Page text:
CEO Coaching: Fix It!

Some recent interaction with a large medical provider left me with appreciation for great care, but also questions around their operating practices (e.g., scheduling and follow up calls). Questions like, “Why don’t they fix this?” (You and I know the answer; it’s not a priority!)

If I had several glitches in service, imagine how many other patients have had the same experience. How many lost hours for the staff? How many back-and-forth phone calls wasted? Perhaps I won’t turn to a competitor next time, but some will. 

It’s a basic example but highlights the challenges of small system breaks that might have large consequences. Medical organizations are in the business of saving and improving lives but are often inefficient from an operational perspective. How often have you been in a medical office or hospital and thought, I could fix that in a heartbeat!? Operational efficiency and good care don’t have to be mutually exclusive. My brother shared a Mayo Clinic experience from several years ago about how on top of details they were; surprisingly so. Appointments with multiple providers sequenced correctly and coordinated on his behalf, clear communication, and genuine concern. I’ve also had several knee surgeries in privately owned surgery centers where the trains ran mostly on time and everything was buttoned up, so it can be done. 

Though perhaps you can’t claim to save lives, you too have big things you are driving toward. You cannot tend to everything at once; you must have priorities; however, you should also look for the broken stuff and consciously decide whether or not to fix it. (Phillip Crosby wrote a book decades ago called, “Quality Is Free” with the radical thought that doing things right the first time eliminates the expense of do overs.)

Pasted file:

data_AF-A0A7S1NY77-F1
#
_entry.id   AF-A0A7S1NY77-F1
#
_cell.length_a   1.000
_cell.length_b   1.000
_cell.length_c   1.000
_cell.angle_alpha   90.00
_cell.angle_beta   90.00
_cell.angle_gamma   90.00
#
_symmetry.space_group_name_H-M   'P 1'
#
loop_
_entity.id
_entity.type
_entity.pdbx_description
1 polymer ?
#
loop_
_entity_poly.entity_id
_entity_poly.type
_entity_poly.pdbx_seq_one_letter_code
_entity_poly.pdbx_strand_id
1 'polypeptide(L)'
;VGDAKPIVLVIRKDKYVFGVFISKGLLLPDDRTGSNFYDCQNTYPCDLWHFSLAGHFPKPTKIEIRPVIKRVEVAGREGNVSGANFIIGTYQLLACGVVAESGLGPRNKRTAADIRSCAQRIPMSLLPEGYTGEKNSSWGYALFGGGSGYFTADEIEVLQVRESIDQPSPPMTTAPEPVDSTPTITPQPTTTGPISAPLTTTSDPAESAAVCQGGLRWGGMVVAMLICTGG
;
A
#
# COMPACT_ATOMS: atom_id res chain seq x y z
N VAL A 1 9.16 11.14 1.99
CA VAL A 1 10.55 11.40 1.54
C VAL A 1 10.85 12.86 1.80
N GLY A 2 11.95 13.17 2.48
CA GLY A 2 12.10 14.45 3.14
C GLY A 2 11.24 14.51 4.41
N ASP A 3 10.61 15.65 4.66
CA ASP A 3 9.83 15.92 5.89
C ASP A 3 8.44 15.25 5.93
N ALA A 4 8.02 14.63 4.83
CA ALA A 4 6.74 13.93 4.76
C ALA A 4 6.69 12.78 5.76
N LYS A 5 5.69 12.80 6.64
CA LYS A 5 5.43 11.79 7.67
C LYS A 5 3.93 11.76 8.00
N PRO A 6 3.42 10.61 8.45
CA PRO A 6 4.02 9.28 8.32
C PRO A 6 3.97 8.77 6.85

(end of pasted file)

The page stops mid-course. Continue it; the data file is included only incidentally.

Somewhere (actually lots of somewheres) in your organization, you’re irritating customers or wasting resources. Do you have a vehicle to catch these (e.g., operational audits; customer feedback mechanisms; or perhaps, more important, empowered employees who just fix stuff)? Often, the fix will quickly pay financial dividends. 

I love to talk about the big, deep ideas of business. As Sun Tzu said in “The Art of War”: “Tactics before strategy is the noise before defeat.” But sometimes to grow or improve your bottom line you just have to fix shit!

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